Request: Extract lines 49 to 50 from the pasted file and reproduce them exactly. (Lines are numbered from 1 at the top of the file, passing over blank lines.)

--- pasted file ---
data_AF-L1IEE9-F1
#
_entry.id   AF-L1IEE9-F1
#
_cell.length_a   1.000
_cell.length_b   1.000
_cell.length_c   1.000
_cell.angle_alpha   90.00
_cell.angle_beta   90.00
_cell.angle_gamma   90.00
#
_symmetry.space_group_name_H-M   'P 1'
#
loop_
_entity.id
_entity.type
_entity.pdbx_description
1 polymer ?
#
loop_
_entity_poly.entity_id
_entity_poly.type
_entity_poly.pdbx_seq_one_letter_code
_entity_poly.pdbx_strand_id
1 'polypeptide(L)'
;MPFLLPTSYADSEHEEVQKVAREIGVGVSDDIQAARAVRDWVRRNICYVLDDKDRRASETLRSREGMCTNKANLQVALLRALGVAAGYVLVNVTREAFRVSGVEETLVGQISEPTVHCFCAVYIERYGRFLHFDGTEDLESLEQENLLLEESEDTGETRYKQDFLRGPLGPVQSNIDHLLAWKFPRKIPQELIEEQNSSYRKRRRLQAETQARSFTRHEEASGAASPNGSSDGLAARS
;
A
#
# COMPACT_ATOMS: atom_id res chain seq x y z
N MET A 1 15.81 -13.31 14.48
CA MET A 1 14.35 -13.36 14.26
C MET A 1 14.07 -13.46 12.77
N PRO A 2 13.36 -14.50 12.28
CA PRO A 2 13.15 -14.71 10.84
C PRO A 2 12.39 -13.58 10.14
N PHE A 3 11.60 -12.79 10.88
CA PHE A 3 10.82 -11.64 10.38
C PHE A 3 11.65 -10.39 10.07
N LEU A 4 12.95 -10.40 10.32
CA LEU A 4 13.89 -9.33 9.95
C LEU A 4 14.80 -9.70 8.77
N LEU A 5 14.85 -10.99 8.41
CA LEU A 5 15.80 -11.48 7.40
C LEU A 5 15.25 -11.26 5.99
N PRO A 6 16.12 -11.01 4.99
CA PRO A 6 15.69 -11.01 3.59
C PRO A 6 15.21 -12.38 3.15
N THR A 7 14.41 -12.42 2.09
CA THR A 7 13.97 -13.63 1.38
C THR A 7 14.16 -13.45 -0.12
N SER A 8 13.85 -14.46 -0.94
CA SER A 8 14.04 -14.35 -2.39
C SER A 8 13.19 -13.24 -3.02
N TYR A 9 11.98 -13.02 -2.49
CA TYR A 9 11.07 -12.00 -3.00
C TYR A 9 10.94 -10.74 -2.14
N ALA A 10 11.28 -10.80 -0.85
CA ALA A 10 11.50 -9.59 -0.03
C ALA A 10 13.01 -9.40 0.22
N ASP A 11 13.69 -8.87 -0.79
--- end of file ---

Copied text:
N THR A 7 14.41 -12.42 2.09
CA THR A 7 13.97 -13.63 1.38